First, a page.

Super User is a question and answer site for computer enthusiasts and power users. It's 100% free, no registration required.

Sign up
Here's how it works:
  1. Anybody can ask a question
  2. Anybody can answer
  3. The best answers are voted up and rise to the top

Which is better in terms of performance first and reliability second, the onboard bios RAID on an Intel 1156 P55 motherboard or using the built in RAID options in Windows 7 Ultimate.

I will be using 2 HDD's in a RAID 0 configuration.

I plan on having at least 3 partitions, 1 bitlocker encrypted system volume, 1 bitlocker encrypted storage volume, and 1 unencrypted volume for silly things like music and videos.

Edit: If I don't care at all about reliability, which way should I go? I've got a Core i7 so CPU overhead isn't so big any issue in the big scheme of things. Also, all data that is not already redundantly stored in 2 other places I don't really care about.

share|improve this question
If it makes a difference, use a i7-870 cpu and ASUS P7P55D-E mobo as a reference point but this should be applicable to any high performance rig. – wag2639 Oct 11 '10 at 7:21

Performance differences aside, remember that hardware-specific RAID implementations may not transfer as easily to another platform in the event of an emergency - that is: if you use something motherboard-specific and then that motherboard dies, you may not be able to whack the RAID disks onto another mobo and fire everything up. On balance, a software RAID implementation is likely to be more friendly in that respect unless you play to keep a spare, identical motherboard (or RAID controller) for contingencies.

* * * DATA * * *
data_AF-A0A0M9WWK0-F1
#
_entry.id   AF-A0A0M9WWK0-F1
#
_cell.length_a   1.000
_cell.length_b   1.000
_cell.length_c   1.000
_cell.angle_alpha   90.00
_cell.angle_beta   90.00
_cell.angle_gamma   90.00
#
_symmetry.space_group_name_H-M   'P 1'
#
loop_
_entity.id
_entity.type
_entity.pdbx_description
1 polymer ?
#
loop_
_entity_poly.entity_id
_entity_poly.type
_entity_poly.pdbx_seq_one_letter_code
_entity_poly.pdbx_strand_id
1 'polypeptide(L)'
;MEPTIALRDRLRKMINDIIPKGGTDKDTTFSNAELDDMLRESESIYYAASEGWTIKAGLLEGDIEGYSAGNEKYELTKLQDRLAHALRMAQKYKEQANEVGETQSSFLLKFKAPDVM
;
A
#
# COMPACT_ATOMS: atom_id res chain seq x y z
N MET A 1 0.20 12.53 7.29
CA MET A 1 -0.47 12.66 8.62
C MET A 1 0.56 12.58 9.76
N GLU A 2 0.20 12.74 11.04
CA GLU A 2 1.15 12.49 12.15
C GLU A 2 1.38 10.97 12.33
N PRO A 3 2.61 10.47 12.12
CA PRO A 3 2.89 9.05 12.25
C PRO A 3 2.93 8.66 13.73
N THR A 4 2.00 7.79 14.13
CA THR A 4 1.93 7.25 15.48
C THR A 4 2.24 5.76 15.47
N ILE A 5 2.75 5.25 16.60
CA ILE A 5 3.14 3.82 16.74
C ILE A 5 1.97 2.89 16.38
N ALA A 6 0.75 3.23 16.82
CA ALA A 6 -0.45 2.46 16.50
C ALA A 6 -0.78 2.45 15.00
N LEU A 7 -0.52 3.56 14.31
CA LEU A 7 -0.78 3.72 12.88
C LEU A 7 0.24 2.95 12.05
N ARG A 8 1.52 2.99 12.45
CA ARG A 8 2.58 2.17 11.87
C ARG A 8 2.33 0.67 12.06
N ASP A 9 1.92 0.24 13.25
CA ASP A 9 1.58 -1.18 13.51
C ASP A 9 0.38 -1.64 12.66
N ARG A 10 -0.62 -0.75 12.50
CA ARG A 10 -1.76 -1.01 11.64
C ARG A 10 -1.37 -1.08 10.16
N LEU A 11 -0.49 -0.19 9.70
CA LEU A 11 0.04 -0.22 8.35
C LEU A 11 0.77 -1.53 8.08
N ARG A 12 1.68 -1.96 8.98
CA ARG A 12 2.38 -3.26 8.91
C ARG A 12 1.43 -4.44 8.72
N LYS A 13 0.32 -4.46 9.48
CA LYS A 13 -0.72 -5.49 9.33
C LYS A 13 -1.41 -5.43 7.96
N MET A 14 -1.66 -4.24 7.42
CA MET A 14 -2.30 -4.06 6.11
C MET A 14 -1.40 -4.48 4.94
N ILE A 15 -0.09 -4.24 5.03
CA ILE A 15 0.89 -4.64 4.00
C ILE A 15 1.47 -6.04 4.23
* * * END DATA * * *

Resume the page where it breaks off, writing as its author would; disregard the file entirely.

share|improve this answer

With today's fast CPUs, the difference in performance of software vs. hardware RAID does not usually justify the extra cost of hardware RAID, especially if your computer is dual-core or if you are using RAID0.

See an in-depth comparison in Software Vs Hardware RAID.

share|improve this answer
They're both software RAID, so you've failed to answer the question. – Ignacio Vazquez-Abrams Oct 11 '10 at 7:55
Onboard BIOS RAID usually means a RAID controller. – harrymc Oct 11 '10 at 8:54
not anymore. A lot of cheap raid controllers out there farm the work back to the cpu in the same way modern network cards do. We call it FRAID (Fake RAID). And you also better believe that real hardware raid can make a real performance difference for disk I/O -intensive workloads. – Joel Coehoorn Oct 11 '10 at 13:38
Whatever, I still stand behind my statement that software RAID is good enough for any home machine, and hardware RAID is only required for a heavy load (mostly for a server). As we don't know what kind of disk controller the OP has, this answer is still a possibility. – harrymc Oct 11 '10 at 14:33

Your Answer


By posting your answer, you agree to the privacy policy and terms of service.

Not the answer you're looking for? Browse other questions tagged or ask your own question.